Everyone at johnthenewsking, the Yahoo group and all of our regular readers and posters wish to thank John for taking a moment to share his reflections.

I’m not very good at putting together patriotic words to explain what is in my heart, but I will nonetheless try.


No matter how you will be remembering September 11th today, let us not forget that the united conciousness we experienced that day is something we should strive to emulate every day…. even in the small gestures we do or say during our daily grind, let us never forget how united we were that day and how united we still should still strive to be.

Here is a poem by Mattie Stepanek I find especially fitting:

On Growing Up

We are growing up,
We are many colors of skin
We are many languages
We are many ages and sizes.
We are many countries…
But we are one with the earth.
We each have one heart.
We each have one life;
We are growing up, together,
So we must live as one family



Filed under September 11th

4 responses to “America Remembers

  1. Jeanne

    Many thanks to John for writing this excellent piece – as always, I enjoy his work and the way he presents his stories. Wouldn’t it be nice if he could also write a book about his coverage of world events? I live in north central Pennsylvania – on the New York and Pennsylvania state borders. We felt like we were in the center of everything on that day. We are a four hour drive from New York City, and a six hour drive from Washington, DC. I was at work that day and just happened to walk through the living room of our School of Nursing (my office is located in the bottom floor of the building as we have various offices also in this building.). The tv was on and as I saw the planes crashing into the towers, my first thought was that something was wrong with the air traffic controllers. As the news spread through my office, we all went back upstairs to the living room to catch the news for a few minutes. Everyone was shocked. I went back to my office and turned on the radio for updates and remember thinking how scary this was getting as we are in the center of all this and how I suddenly wanted to pick up my kids from school and hug them and make sure they were safe.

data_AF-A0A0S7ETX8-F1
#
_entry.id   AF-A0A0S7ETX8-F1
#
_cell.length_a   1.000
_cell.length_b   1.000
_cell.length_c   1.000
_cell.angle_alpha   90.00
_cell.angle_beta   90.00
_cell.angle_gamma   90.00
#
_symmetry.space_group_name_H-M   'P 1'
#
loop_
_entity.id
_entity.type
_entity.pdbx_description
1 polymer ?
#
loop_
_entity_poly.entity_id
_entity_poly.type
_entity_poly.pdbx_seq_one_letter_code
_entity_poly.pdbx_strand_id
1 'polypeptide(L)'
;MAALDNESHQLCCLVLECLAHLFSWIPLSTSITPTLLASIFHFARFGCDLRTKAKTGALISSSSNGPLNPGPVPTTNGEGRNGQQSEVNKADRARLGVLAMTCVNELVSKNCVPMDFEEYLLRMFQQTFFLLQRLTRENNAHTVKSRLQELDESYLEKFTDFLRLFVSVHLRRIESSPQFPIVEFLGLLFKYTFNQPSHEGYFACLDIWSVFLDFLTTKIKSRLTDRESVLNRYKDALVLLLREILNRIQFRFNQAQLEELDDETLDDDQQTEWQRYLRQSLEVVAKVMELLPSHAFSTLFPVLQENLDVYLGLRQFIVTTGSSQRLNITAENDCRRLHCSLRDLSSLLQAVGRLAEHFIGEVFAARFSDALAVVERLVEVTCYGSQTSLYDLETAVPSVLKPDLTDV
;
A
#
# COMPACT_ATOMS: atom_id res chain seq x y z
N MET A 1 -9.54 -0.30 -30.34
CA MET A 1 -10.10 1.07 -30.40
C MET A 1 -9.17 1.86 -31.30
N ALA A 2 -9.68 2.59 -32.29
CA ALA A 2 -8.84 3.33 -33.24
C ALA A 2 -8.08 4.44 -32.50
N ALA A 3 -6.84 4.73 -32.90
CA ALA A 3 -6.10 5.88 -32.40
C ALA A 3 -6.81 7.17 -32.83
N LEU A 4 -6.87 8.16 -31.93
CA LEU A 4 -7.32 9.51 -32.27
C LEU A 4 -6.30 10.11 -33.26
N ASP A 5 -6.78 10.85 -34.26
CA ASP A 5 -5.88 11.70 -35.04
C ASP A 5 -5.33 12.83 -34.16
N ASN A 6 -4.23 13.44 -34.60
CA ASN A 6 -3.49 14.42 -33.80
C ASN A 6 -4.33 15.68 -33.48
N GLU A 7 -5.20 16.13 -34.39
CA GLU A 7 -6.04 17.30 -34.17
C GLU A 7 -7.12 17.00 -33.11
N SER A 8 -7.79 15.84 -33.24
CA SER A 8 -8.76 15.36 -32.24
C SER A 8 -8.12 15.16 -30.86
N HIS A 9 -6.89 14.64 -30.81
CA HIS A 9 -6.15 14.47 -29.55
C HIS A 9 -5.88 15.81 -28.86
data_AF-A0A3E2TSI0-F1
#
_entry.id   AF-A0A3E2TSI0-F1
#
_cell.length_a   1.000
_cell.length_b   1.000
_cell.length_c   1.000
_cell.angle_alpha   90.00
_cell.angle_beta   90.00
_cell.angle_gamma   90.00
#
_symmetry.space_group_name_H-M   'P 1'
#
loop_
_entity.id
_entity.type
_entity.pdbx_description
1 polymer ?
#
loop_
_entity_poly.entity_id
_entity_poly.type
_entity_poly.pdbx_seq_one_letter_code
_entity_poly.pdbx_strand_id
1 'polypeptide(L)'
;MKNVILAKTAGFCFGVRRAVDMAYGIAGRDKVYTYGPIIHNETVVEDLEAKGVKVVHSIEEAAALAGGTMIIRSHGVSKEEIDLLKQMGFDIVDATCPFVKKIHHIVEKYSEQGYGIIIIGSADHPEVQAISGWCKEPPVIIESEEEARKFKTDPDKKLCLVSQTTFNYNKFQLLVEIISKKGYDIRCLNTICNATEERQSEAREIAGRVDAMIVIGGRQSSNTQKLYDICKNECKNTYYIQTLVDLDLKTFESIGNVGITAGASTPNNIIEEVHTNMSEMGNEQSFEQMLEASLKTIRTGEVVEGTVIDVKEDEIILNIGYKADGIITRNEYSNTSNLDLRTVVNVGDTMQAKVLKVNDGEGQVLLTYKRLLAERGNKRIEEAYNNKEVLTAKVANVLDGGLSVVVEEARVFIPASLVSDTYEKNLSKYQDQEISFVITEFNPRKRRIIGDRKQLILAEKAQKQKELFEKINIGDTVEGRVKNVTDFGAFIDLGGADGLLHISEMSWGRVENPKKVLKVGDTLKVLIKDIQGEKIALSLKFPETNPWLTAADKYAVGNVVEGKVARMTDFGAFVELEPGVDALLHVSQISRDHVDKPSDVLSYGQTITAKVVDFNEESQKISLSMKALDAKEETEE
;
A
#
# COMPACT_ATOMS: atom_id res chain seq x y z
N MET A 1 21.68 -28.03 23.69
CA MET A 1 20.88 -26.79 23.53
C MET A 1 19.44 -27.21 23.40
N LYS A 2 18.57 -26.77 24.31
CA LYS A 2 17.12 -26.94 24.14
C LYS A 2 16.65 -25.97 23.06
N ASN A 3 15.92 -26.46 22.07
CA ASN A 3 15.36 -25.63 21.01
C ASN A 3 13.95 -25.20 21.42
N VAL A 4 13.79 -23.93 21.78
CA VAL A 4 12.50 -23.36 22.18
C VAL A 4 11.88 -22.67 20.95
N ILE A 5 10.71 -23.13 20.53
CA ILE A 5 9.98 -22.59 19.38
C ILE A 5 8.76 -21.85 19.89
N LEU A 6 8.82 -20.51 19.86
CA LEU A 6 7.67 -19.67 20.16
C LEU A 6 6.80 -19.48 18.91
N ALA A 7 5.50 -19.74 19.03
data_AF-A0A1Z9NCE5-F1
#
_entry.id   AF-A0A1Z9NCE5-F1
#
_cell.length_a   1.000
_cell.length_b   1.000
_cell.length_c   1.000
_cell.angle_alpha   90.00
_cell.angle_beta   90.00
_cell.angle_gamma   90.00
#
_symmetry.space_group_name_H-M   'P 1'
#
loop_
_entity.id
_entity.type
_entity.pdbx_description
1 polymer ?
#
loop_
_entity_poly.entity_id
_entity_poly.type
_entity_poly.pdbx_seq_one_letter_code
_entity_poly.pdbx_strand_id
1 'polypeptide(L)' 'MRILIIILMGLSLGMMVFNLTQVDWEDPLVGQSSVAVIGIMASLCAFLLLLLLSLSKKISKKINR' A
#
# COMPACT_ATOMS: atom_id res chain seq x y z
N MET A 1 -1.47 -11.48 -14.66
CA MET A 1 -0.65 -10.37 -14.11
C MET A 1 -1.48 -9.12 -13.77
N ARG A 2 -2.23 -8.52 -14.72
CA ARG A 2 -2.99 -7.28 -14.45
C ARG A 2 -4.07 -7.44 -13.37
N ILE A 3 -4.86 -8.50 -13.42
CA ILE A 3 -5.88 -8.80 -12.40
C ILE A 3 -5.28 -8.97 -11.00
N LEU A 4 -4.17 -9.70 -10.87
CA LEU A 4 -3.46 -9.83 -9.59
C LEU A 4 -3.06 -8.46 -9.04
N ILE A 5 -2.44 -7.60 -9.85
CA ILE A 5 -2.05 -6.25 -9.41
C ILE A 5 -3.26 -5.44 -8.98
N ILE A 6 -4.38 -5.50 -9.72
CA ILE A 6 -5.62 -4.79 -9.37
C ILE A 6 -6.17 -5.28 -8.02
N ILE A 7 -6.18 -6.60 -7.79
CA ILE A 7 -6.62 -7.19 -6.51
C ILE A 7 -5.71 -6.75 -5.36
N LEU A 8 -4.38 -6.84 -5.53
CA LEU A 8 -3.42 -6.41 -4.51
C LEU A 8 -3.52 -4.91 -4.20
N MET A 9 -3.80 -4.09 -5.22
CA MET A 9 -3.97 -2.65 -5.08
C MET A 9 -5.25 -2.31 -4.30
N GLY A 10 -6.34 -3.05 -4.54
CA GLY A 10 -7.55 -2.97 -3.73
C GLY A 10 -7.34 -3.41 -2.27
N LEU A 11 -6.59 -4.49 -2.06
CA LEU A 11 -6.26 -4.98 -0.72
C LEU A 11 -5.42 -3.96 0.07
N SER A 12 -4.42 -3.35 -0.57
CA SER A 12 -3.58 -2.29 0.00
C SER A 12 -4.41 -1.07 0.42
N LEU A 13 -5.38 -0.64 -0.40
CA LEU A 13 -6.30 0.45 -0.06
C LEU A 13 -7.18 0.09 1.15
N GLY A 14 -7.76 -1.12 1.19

2. Millie, thanks for shring this with us. It’s interesting to read John’s take on the events of that day. It was nice of him to share this with us. It’s sweet how he is always thinking of his children.

    Today am I keeping those affected by the terrible events of that day in my thoughts.

  3. milliepip

    Yes, I find it especially touching that he was worried about his son being ok, yet his 8 year old was equally worried just the other way around.

    I can’t imagine what that must have been like to live so close to the Pentagon that you could actually see smoke out your apartment window. Scary! I mean, we all have watched the horrible images from TV, but to have it literally in your back yard like that is too close for comfort.